International community failed Rwanda in ’94 Genocide: Kagame

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Rwandan President Paul Kagame says the international community failed Rwanda during the 1994 genocide against the Tutsi.

Rwanda is marking 30 years since the genocide against ethnic Tutsis, and moderate Hutus where nearly a million people were killed in a hundred days.

President Cyril Ramaphosa is among those attending the event in Kigali. Kagame says many African countries came to assist Rwanda in keeping peace during the genocide.

“Many of the countries presented here today also sent their sons and daughters to serve as peacekeepers in Rwanda. Those soldiers did not fail Rwanda. It was the International community which failed all of us. Whether from contempt or cowardice.”

Call for unity

Kagame says his country will ensure that the 1994 Genocide doesn’t happen again. He says the citizens of Rwanda will never forget the tragic event, however, they are working on healing the nation, calling for unity as the country commemorates the genocide against Tutsis.

“Our journey has been long and tough. Rwanda was completely humbled by the magnitude of our loss and the lessons we learned are engraved in blood. But the tremendous progress in our country is plain to see and it is the result of the coices we made together to resurrect our nation.”

The genocide began on the night of April 6, 1994, when a plane carrying then Rwandan President Juvenal Habyarimana, and his counterpart Cyprien Ntaryamira of Burundi – both Hutus – was shot down.

The attack sparked a rampage by Hutu government soldiers and allied extremist militias to wipe out the Tutsi minority, whom they blamed for killing Habyarimana.

Several heads of state and government attended the commemoration. Past and present leaders laid wreaths. A stark reminder of what happened in Rwanda 30 years ago.

SABC News’ Sophie Mokoena reporting from Kigali:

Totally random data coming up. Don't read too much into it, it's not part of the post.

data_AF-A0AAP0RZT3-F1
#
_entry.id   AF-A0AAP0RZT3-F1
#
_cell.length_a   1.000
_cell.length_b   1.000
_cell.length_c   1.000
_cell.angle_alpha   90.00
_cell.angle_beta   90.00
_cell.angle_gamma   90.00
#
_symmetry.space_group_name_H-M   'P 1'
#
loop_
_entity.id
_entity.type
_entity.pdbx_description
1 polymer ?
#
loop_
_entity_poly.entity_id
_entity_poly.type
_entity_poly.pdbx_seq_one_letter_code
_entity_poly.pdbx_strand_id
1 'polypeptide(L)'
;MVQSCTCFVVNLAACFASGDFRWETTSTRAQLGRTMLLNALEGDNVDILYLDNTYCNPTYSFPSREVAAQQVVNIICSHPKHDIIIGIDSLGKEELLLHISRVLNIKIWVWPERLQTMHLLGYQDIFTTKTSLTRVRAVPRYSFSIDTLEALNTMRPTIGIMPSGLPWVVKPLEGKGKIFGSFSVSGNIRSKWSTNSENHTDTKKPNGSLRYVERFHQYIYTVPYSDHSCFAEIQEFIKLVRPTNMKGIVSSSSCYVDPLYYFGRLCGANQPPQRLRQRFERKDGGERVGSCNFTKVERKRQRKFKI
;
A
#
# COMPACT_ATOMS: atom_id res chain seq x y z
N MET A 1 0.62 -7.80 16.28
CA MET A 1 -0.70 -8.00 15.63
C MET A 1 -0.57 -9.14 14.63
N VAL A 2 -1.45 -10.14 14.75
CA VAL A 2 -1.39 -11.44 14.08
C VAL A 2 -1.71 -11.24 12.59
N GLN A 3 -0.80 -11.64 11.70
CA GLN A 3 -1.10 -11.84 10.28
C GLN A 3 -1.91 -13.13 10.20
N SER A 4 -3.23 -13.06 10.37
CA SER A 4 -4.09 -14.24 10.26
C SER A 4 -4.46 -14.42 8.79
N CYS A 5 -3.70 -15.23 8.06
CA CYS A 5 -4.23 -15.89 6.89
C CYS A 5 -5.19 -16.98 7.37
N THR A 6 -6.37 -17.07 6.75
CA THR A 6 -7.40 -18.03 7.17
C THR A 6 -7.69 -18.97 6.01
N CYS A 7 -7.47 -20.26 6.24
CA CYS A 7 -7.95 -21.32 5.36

Habyarimana’s death triggered 100 days of violence in the tiny country, perpetrated mainly by Hutus against Tutsis and moderate Hutus. More than a million people were killed, many butchered with machetes by militia known as Interahamwe.

The RPF advanced and seized control of Rwanda after driving the 40,000-strong Hutu army and more than 2 million civilian Hutus into exile in Burundi, Tanzania and the former Zaire, now Democratic Republic of Congo.

In July 1994 a new government was sworn in with Pasteur Bizimungu, a Hutu, named president and RPF commander Paul Kagame as vice president. Kagame was elected president in April 2000 and remains in office.


In December 1996, Rwanda’s first genocide trial opened at the International Criminal Tribunal for Rwanda (ICTR) in Arusha, northern Tanzania.

It ultimately heard from more than 3 000 witnesses, indicted 96 people, and sentenced 61 of them including ex-prime minister Jean Kambanda and former Colonel Theoneste Bagosora, who was accused of being in charge of the troops and Interahamwe which carried out the massacres. Both were given life sentences.

Most people convicted in connection with the genocide were tried in community-based “gacaca” courts in Rwanda. -Additional reporting by Reuters